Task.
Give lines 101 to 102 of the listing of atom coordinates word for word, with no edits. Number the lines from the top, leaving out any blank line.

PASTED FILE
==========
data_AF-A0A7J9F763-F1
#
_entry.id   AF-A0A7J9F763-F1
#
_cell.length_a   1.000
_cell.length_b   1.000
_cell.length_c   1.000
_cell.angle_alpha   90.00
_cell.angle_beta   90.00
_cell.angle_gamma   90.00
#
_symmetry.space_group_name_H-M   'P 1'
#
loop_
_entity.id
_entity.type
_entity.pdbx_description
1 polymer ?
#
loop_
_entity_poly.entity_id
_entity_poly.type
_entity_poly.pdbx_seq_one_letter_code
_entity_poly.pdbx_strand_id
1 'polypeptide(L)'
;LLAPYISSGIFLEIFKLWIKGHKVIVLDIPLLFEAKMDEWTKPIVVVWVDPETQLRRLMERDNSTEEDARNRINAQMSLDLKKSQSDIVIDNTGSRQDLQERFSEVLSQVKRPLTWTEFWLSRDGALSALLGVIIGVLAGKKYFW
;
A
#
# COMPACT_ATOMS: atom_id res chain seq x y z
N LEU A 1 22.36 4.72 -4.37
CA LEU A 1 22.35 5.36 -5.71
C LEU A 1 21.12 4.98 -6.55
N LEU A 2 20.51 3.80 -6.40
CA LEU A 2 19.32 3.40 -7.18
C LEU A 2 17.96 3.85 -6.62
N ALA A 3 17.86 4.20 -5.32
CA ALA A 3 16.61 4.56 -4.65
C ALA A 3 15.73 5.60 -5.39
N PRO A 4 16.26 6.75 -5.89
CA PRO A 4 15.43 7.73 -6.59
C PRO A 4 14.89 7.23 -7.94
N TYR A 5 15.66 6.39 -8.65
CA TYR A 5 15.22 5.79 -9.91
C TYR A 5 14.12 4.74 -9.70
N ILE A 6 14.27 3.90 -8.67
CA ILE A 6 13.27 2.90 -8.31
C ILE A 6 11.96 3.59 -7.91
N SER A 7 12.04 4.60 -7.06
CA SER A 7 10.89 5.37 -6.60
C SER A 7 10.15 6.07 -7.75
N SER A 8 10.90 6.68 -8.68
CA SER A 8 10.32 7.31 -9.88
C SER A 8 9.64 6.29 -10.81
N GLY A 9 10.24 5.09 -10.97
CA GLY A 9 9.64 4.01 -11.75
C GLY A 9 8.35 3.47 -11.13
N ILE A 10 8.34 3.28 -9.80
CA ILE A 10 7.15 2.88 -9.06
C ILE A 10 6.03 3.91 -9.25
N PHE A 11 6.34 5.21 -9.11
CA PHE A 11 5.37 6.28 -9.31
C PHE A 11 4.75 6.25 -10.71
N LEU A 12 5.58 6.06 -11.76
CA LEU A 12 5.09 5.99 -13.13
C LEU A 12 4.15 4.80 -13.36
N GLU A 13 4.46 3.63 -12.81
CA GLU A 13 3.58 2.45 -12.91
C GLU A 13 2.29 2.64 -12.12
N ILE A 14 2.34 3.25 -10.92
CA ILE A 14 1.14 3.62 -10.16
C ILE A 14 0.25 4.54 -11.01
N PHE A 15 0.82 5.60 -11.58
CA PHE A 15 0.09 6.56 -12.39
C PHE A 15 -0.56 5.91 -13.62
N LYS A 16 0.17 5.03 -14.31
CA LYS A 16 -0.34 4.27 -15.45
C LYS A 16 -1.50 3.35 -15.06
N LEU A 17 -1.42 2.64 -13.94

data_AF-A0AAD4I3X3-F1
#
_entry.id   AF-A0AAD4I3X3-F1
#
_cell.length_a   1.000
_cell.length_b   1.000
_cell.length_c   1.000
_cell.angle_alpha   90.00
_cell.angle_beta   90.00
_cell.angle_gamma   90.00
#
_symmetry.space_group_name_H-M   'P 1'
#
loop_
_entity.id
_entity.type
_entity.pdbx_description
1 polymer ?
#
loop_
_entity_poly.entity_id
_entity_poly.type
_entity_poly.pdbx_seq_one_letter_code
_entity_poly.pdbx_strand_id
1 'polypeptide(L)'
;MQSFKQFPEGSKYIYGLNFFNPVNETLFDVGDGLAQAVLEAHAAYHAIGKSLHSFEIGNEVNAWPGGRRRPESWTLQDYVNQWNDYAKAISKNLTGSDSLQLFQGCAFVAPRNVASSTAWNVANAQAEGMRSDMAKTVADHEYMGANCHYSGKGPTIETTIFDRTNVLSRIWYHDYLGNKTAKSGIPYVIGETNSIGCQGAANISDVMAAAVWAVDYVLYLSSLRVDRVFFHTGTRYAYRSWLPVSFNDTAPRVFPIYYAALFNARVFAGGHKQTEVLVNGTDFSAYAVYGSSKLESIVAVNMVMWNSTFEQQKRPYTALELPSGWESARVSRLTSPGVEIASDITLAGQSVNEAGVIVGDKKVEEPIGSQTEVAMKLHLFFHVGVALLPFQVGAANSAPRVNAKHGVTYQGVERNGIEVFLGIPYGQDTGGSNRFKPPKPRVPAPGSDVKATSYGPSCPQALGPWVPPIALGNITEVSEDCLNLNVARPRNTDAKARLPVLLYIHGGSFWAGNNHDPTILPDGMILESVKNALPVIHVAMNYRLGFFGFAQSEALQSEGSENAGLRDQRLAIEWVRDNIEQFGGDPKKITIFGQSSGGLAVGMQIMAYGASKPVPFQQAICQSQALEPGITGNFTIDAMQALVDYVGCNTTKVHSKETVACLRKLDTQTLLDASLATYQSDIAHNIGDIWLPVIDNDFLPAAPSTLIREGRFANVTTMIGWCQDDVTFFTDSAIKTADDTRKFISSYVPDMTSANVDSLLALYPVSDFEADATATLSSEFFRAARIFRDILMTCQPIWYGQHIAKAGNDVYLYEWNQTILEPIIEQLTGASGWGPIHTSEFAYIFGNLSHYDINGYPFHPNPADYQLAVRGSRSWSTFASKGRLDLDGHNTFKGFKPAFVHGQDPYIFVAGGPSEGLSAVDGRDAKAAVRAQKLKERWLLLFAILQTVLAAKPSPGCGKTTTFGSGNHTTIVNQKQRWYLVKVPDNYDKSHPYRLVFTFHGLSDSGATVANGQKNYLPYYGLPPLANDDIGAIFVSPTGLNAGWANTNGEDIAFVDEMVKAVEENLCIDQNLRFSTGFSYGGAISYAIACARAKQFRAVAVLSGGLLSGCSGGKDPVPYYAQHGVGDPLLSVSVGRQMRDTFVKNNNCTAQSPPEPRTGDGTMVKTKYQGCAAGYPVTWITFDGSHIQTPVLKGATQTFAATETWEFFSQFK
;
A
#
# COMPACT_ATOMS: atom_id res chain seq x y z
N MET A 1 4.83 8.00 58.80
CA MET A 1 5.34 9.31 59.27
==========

_entity_poly.type
_entity_poly.pdbx_seq_one_letter_code